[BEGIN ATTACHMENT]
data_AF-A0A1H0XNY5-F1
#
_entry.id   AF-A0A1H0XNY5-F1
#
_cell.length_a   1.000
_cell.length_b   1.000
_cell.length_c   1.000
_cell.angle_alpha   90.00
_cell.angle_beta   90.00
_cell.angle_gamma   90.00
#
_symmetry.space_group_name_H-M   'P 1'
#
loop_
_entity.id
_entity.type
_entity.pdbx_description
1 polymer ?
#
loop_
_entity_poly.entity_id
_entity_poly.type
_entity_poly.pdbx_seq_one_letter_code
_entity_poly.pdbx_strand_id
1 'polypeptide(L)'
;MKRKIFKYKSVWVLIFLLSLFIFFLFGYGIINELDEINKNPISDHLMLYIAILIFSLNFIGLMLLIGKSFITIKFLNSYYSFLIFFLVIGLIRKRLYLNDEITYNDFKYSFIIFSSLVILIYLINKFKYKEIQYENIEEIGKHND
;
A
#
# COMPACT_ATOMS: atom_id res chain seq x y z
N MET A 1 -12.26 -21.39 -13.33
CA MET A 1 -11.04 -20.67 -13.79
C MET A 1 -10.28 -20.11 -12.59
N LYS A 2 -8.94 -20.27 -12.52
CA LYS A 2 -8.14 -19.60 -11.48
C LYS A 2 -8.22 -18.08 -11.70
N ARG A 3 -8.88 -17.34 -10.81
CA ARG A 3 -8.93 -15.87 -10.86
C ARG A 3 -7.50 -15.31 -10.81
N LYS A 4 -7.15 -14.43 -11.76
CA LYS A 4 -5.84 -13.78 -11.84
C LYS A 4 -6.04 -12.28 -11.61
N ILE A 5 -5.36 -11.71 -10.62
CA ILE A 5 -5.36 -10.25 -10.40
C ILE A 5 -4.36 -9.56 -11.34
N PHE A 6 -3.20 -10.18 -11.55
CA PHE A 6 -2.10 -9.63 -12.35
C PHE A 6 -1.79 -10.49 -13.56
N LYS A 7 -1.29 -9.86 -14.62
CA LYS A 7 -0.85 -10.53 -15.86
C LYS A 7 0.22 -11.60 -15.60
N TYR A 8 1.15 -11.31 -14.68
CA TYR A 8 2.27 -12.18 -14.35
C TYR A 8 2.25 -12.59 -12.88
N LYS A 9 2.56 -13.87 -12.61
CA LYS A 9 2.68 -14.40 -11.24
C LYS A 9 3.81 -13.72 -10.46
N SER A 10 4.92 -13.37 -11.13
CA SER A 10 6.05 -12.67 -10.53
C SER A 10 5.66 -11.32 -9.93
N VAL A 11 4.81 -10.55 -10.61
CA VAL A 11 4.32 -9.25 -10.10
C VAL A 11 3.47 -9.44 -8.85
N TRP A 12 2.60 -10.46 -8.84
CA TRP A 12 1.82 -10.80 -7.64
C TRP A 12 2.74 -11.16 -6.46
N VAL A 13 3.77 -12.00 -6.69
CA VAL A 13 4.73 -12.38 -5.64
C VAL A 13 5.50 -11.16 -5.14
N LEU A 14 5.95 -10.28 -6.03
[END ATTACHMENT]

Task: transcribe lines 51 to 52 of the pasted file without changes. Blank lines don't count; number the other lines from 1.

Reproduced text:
C LYS A 7 0.22 -11.60 -15.60
N TYR A 8 1.15 -11.31 -14.68